I’ve spent December 31st in Tokyo mega clubs, Laos jungles and the Australian bush, but nothing compares to spending New Years Eve surrounded by thousands of Koreans watching the fireworks over the Taedong River as my new favourite new years anthem, “May Snow Fall On New Years Day”, blares over the speakers in Kim Il Sung Square, Pyongyang.
Along with a ragtag group of fellow travelers from around the world, the night’s proceedings begin with drinks at the Mansugyo Bar in Pyongyang. One of my personal favourite watering holes in Pyongyang, Mansugyo’s downstairs area is split between two bars: a smaller standing bar and a very lush, larger drinking hall. While the vibe of the small standing bar is cosy and a little more intimate, it’s the drinking hall that most of the locals are choosing to drink in tonight. Mansugyo serves seven varieties of Taedonggang beers including a coffee stout, chocolate stout and rice lager. We’ve got a long night of drinking ahead, so I start conservatively choosing the lighter, but very smashable “number 2” made up of 70% barley and 30% rice.
The vibes are high and the banter is solid, but it’s time to move on. Second stop of the night is the Taedong Diplomatic Club AKA ‘the Diplo’ – an institution and the number 1 bar in our top 10 bars to visit before you die list. We gate crash a party of some diplomats, but after a friendly discussion with two Swedish and Russian embassy workers, are enthusiastically invited to join them for drinks in the bar. The Russian vodka starts to flow and before too long we’re belting out karaoke tracks; with one of our guides Mr. Pang creating what could very well be the first North Korean remix / mash-up of Pangapsumnida being sung to the melody of Yellow Submarine.
Midnight is fast approaching, so we depart the Diplo with a few cheeky Taedonggang long necks for the road and head off to Kim Il Sung Square. Our bus pulls up alongside more cars, buses and taxis I’ve ever seen in Kim Il Sung Square. It’s time to put our “single-minded unity” to the test as my tour leader / mother hen mentality kicks into full gear to ensure we don’t lose anyone as we move as a group through the masses of celebrating Pyongyangites. We receive a mixture of bemused looks, friendly smiles, and excited calls of “happy new year!” in response to our attempts at wishing people a happy new year in Korean to people on the street. We walk through an absolutely packed underground pedestrian crossing and pop back up in an even more packed-out Kim Il Sung Square. It’s difficult to imagine this place as the vast, empty space we visited early in the morning days before. Before too long the clock has struck midnight and the crowd cheers as fireworks explode over the Taedong River, with the red glow of the flame atop the Juche Tower burning bright. I’m desperate to film and document this for everyone to see back home until Håkan (a professional photographer from Sweden) taps me on the shoulder and reminds me to put the camera down and “enjoy the moment and take it all in.”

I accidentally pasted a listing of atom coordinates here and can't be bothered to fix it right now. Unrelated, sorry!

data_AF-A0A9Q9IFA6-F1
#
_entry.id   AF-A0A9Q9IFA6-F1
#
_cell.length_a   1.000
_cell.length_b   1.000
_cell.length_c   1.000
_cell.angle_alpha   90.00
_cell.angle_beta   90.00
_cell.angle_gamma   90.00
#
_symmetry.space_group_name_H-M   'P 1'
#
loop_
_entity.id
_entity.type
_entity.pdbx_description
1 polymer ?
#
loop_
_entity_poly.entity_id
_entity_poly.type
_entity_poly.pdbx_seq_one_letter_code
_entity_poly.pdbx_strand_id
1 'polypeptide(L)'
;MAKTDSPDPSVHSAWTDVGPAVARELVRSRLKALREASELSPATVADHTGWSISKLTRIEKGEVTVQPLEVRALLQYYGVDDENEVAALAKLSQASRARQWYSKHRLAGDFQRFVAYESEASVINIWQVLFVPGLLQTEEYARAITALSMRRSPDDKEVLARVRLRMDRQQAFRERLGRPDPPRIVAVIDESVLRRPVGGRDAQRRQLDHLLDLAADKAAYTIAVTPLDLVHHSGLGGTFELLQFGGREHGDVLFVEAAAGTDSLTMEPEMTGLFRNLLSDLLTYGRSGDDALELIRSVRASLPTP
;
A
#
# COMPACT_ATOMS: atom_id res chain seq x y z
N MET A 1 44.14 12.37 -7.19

He’s right. The obsession to document these things is strong but I put my camera down and watch the fireworks, looking around at the smiling families and gob-smacked tourists. I reflect on 2016 – which let’s be honest – was a shit storm of a year – and the year that’s to come. I have a “how did I get here?!” moment and smile. Bring on 2017 and see you in Pyongyang.